ISSN 2330-717X

Macedonian Police On Alert After Monday’s Violence

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By Sinisa Jakov Marusic

Police in riot gear were still patrolling the central area of Skopje on Tuesday after days of simmering tension and protests held in connection with the mysterious murder of five men.

The Interior Ministry said it detained dozens of people following Monday’s clashes, including five minors. One police vehicle was damaged.

Trouble started on Monday afternoon when a mob mainly composed of several hundred youngsters and hooligans tried to move across the city’s Vardar River towards an area mainly populated by ethnic Albanians.

They appeared to want revenge for the unexplained killings of five men on the outskirts of Skopje, which has sharply fuelled inter-ethnic tensions following the spread of rumours that the men were killed by Albanians. Police say there is no evidence to support the claims.

Earlier, in front of the government building, Macedonian protesters chanted abusive slogans against Albanians. The police managed to cordon off the protesters, who were throwing bricks and stones at them.

Meanwhile, as the murder investigation continues, police said they had found a dark-red Opel Omega with faked license plates ditched along a road some 10km from the crime scene. They believe the vehicle was used in the crime.

The bodies of Filip Slavkovski, Aleksandar Nakjevski, Cvetanco Acevski and Kire Trickovski, all aged between 18 and 20, were discovered on Thursday night near Zelezarsko Ezero on the northern outskirts of the capital and a popular fishing destination. All had gunshot wounds.

Eyewitnesses said they were found by a local fisherman and the victims were believed to be fishermen too. The bodies had been lined up and appeared to have been executed with firearms.

The body of 45-year-old Borce Stevkovski was a short distance away from the rest. His brother said that Stevkovski may have been killed because he had accidentally witnesed the murders of the others.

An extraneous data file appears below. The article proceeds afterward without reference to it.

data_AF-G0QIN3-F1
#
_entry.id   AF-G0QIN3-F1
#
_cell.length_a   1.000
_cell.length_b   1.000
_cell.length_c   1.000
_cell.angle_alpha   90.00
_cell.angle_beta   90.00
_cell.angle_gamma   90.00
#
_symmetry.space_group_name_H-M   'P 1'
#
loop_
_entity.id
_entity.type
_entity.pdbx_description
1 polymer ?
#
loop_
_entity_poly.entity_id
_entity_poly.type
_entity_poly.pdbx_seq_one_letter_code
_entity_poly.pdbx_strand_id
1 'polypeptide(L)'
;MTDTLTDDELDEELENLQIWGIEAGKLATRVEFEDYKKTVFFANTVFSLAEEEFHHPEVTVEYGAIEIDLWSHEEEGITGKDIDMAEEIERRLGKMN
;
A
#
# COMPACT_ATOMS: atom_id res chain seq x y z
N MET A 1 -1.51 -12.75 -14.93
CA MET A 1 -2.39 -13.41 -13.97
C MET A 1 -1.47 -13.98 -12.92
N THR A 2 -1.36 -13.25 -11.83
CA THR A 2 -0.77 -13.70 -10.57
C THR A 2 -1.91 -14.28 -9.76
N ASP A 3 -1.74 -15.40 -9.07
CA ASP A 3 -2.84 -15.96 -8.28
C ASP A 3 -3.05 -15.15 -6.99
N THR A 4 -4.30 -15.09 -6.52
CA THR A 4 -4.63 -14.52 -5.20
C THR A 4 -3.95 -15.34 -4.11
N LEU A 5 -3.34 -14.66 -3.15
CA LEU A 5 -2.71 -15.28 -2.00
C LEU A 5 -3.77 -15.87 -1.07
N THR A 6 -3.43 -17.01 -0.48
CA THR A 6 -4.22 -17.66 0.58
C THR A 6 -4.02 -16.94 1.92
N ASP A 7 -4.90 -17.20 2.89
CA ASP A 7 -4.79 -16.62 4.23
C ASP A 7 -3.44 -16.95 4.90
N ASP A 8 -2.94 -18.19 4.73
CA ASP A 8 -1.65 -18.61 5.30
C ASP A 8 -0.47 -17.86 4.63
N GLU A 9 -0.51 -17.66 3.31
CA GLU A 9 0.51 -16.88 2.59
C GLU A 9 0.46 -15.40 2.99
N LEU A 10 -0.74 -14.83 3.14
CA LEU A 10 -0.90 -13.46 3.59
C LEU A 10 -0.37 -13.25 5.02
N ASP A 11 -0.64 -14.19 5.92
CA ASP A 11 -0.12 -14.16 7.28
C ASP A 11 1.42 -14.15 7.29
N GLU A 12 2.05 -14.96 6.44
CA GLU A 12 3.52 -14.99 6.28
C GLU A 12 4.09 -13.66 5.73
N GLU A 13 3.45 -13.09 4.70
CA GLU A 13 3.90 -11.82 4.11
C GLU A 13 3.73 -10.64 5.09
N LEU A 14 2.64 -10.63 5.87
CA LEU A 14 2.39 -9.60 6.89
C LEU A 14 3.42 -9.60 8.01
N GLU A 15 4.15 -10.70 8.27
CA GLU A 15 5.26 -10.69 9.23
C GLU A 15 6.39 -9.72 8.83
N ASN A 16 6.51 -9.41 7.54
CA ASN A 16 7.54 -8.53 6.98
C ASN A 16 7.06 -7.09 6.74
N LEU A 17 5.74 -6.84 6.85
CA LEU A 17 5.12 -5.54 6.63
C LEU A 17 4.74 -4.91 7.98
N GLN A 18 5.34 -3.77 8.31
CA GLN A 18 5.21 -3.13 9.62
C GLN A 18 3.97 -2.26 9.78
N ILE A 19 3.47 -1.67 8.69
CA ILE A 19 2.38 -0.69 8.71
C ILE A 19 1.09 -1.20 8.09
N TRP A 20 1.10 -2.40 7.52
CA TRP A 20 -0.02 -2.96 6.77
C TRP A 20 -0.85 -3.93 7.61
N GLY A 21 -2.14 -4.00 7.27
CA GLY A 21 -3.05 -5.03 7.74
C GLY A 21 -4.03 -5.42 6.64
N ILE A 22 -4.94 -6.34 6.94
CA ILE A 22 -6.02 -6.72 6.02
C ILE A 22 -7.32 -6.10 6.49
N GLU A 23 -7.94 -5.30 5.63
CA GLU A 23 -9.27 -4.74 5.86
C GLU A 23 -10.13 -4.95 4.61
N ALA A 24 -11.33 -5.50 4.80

The shocking incident, ahead of Orthodox Easter, seemed bound to cause more turbulence in the country between Macedonians and the country’s large ethnic Albanian minority.

Tension between the two communities has been rising since February when an off-duty Macedonian policeman shot dead two young Albanians in the northwestern town of Gostivar.

After that, the Balkan country experienced the worst outbreak of inter-ethnic gang violence since 2001, when it narrowly avoided civil war.

During first half of March gangs of mainly young people attacked people in commuter buses and on the streets in capital and in other towns, leaving at least 15 injured. After police apprehended more than 30 suspects the incidents began to subside.

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Balkan Insight

The Balkan Insight (fornerkt the Balkin Investigative Reporting Network, BIRN) is a close group of editors and trainers that enables journalists in the region to produce in-depth analytical and investigative journalism on complex political, economic and social themes. BIRN emerged from the Balkan programme of the Institute for War & Peace Reporting, IWPR, in 2005. The original IWPR Balkans team was mandated to localise that programme and make it sustainable, in light of changing realities in the region and the maturity of the IWPR intervention. Since then, its work in publishing, media training and public debate activities has become synonymous with quality, reliability and impartiality. A fully-independent and local network, it is now developing as an efficient and self-sustainable regional institution to enhance the capacity for journalism that pushes for public debate on European-oriented political and economic reform.

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